DRC established its presence in Poland in early 2022 as part of its Ukraine crisis response. Based out of Warsaw, DRC is currently scaling up operations and activities at key locations in the country – primarily at border crossing points and in major refugee hosting cities – providing humanitarian assistance and support to Ukrainian refugees and the communities hosting them.
The Russian Federation-led military offensive in Ukraine that began on 24 February 2022 has caused the world’s fastest-growing displacement crisis since World War II, with millions of Internally Displaced Persons within Ukraine as well as Ukrainians refugees spread across Europe.
Poland is the primary country of asylum in Western Europe for Ukrainians. Refugees either remain in Poland, depart onwards to other European countries, or return and commute to Ukraine.
Core sectors Poland
Source: | UNHCR
Why we are there
Refugees in Poland – of whom nearly all are Ukrainian women and children - face a range of issues, from needs for mental health and psychosocial support, child protection, exploitation, legal aid related to understanding rights and obligations, land tenure, lost documents, curbing tensions with host communities, and premature returns to name but just a few.
Tenure security and risk of homelessness along with social cohesion are concerns, especially if displacement becomes protracted. It is estimated that the massive exodus out of Ukraine has caused a series of legal needs that will increase with time around civil documentation – such as birth and death certificates, ID cards, pensions, child custody etc. - as well as Housing, Land and Property and Education rights, which will influence return prospects.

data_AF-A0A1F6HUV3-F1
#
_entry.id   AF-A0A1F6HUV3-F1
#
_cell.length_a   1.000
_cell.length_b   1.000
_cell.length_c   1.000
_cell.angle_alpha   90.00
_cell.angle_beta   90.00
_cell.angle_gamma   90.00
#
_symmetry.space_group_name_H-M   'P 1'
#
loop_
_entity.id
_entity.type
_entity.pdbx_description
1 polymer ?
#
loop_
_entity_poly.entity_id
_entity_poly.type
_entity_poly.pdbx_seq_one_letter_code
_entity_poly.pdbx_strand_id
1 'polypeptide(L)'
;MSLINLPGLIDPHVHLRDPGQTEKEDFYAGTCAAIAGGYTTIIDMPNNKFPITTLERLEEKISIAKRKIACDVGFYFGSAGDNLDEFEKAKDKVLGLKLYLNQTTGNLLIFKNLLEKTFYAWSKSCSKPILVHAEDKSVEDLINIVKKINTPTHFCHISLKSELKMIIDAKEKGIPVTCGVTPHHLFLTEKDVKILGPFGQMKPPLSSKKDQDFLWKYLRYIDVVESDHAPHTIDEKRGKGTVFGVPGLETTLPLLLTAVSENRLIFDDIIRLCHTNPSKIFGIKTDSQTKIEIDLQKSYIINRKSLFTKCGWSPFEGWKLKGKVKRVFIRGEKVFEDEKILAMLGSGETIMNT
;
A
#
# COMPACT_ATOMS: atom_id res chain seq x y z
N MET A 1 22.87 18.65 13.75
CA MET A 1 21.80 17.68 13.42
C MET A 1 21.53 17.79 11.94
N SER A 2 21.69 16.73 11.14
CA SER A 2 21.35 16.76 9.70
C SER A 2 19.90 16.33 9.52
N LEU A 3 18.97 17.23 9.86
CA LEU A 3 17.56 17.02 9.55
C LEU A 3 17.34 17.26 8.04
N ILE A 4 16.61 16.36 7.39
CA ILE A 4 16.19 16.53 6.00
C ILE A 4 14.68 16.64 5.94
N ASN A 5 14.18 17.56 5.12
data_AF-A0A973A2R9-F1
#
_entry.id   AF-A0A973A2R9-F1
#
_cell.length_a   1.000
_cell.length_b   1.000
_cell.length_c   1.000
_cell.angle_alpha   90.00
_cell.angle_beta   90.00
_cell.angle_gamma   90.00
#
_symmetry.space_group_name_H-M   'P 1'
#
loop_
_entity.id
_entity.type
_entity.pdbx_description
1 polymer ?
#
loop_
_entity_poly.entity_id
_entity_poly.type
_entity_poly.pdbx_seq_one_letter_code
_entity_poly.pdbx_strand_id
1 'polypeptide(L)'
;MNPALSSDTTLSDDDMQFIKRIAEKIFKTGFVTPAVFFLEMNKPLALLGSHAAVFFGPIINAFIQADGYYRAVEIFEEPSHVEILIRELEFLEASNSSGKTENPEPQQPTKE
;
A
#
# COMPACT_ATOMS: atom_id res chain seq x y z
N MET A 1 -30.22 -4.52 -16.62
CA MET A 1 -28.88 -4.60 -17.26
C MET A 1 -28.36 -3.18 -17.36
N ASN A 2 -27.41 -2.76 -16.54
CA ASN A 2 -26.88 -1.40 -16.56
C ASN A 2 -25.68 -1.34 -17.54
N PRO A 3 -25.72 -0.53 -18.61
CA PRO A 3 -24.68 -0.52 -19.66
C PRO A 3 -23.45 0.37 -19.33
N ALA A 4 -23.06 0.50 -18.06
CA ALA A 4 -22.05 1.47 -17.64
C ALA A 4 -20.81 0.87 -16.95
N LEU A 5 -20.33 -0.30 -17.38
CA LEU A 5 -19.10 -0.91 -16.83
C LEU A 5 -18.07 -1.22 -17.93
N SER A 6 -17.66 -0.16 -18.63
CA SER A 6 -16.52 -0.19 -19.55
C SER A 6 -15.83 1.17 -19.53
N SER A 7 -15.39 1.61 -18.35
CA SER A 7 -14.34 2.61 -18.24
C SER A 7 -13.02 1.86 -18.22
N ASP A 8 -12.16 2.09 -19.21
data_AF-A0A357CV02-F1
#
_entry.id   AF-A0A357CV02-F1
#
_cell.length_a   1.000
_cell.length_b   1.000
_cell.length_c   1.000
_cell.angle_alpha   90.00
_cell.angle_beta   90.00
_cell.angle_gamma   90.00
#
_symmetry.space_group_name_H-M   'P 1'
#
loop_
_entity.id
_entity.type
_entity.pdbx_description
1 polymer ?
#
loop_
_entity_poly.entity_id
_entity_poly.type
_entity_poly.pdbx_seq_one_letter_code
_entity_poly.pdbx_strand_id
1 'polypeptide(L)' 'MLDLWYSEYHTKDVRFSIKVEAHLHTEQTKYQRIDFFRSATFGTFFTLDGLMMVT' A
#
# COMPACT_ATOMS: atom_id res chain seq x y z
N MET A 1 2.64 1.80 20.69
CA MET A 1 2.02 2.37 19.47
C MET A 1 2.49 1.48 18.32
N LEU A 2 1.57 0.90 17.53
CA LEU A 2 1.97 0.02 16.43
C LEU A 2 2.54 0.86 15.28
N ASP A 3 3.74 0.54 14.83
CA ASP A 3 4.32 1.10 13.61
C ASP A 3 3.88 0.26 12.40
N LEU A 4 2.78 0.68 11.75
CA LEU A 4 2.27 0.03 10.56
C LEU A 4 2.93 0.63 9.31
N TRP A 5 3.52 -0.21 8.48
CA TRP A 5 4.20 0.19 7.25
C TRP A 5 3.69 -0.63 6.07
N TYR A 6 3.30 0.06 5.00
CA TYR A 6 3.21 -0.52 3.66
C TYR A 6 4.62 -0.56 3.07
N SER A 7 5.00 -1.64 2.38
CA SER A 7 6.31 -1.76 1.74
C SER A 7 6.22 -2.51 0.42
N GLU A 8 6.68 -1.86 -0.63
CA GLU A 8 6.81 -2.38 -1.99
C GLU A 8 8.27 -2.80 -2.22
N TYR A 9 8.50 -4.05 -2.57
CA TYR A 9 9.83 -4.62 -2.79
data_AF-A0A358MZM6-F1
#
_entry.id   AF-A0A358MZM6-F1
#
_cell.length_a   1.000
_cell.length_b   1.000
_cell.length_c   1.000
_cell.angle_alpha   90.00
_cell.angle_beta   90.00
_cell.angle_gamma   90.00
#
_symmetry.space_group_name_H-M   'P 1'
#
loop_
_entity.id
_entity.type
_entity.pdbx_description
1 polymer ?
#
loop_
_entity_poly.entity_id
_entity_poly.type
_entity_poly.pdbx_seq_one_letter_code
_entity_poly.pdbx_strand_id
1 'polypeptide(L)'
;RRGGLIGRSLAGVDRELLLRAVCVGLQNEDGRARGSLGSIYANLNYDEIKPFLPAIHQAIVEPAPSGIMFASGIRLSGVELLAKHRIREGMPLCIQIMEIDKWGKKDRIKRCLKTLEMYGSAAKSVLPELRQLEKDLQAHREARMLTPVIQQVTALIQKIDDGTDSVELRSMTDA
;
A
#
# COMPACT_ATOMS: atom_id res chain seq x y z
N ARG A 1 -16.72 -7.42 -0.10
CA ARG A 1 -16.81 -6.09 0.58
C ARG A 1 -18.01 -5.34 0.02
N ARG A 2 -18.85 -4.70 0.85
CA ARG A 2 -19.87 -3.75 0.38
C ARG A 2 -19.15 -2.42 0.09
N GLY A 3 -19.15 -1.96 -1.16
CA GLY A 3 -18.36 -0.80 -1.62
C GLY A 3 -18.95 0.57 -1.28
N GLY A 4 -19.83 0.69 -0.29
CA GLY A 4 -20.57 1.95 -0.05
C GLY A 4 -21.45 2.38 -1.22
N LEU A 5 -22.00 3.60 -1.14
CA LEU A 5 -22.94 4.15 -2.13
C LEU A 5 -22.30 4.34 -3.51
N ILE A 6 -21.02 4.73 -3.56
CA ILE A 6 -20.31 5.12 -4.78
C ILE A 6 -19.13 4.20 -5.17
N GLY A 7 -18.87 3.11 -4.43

What we do
DRC has forged partnerships with 15 local organisations and three municipalities for the implementation of emergency cash assistance, and to improve access to information, legal aid, and temporary shelter.
As part of its response to the displacement and humanitarian needs in the region caused by the war in Ukraine, DRC supports displaced populations and the communities hosting them in Poland. This is done through partnership with national civil society and non-governmental organisations, duty bearers and other actors involved in the response. DRC supports partners in providing protection services to conflict-affected persons - in particular legal aid and counselling, mental health and psychosocial support for adults and children, access to information, running child-friendly spaces and referrals to relevant actors and institutions. DRC is also launching a protection monitoring project focusing on identifying and documenting protection risks affecting people seeking protection in Poland irrespective of the border they crossed.
Working in collaboration with
Novo Nordisk Foundation
Ole Kirk’s Fond